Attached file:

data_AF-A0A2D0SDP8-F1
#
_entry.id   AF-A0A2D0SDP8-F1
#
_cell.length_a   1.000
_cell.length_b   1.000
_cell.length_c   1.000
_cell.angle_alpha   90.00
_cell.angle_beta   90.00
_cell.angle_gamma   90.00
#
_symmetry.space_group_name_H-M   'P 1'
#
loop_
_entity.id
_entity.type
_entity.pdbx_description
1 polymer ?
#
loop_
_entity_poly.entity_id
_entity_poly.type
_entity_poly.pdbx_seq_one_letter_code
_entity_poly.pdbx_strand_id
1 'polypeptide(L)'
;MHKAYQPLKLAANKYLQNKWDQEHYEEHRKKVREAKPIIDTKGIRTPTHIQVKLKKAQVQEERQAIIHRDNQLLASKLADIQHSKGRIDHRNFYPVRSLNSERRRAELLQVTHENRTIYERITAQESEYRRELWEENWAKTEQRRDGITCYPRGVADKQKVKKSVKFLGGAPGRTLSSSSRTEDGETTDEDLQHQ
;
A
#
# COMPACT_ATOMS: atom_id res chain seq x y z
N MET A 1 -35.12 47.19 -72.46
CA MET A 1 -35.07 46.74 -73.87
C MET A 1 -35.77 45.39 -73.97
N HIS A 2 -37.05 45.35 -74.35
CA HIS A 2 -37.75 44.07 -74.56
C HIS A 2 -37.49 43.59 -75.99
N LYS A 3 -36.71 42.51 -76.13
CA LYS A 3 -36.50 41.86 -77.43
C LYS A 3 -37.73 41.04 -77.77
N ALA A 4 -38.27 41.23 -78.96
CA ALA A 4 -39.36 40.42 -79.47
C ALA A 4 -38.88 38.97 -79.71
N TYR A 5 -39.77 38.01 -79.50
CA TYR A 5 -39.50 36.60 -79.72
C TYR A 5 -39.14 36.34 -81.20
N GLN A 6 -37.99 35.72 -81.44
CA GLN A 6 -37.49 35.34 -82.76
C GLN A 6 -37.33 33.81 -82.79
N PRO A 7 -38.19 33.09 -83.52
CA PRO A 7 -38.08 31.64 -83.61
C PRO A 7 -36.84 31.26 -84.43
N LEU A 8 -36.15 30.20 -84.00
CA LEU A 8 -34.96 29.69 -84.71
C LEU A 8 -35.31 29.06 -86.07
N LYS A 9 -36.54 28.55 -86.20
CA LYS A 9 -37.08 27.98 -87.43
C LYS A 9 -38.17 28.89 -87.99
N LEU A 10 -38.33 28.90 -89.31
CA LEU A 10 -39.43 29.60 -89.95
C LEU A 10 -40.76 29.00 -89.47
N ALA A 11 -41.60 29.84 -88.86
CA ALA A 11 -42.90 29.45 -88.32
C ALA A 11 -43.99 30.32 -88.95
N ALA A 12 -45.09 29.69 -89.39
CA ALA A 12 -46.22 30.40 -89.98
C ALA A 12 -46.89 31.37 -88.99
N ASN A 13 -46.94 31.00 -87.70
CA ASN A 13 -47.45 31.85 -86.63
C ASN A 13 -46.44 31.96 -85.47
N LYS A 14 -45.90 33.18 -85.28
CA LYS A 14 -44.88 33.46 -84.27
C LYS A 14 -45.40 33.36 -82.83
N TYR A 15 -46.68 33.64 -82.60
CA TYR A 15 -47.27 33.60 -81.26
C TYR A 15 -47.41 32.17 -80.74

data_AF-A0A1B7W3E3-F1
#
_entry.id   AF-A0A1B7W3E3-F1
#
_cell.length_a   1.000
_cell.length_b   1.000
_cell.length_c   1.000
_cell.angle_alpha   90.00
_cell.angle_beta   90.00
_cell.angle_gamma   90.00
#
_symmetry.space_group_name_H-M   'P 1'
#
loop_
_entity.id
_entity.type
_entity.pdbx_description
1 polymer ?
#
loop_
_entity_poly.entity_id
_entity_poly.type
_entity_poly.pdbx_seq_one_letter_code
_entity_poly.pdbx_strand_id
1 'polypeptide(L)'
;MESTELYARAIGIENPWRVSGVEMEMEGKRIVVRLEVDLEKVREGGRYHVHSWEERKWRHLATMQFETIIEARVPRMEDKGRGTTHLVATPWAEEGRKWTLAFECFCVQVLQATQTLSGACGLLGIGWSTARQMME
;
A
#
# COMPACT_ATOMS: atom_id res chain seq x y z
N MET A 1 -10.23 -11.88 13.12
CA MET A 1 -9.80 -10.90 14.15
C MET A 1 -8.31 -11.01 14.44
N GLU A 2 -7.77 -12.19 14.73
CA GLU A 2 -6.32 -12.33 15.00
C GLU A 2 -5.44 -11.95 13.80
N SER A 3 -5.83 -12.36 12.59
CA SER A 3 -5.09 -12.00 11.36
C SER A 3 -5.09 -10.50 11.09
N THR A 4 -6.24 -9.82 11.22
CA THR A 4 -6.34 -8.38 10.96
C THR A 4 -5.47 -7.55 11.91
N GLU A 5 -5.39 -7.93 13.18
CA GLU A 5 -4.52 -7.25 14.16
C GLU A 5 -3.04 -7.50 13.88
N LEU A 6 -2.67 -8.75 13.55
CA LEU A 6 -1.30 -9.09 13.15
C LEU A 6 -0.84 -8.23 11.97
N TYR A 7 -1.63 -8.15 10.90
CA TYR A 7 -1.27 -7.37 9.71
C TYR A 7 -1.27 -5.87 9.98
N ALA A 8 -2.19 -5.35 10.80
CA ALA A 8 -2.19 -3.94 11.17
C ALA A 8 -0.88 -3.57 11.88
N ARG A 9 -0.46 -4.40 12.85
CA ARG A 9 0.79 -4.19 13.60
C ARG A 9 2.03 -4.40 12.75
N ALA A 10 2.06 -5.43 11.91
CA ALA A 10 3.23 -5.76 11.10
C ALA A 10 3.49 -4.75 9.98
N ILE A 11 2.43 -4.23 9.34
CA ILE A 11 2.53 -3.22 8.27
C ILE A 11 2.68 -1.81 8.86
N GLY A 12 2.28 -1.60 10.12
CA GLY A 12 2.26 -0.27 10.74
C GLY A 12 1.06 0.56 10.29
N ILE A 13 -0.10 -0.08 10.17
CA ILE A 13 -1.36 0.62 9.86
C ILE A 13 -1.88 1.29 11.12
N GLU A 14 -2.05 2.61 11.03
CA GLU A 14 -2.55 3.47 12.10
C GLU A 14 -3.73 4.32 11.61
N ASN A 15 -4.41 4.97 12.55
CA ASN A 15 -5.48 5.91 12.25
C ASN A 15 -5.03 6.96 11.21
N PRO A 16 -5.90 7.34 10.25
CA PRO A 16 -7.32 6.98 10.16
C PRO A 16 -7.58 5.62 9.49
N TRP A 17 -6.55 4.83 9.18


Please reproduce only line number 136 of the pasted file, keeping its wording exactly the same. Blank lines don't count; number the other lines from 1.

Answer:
N ILE A 11 2.43 -4.23 9.34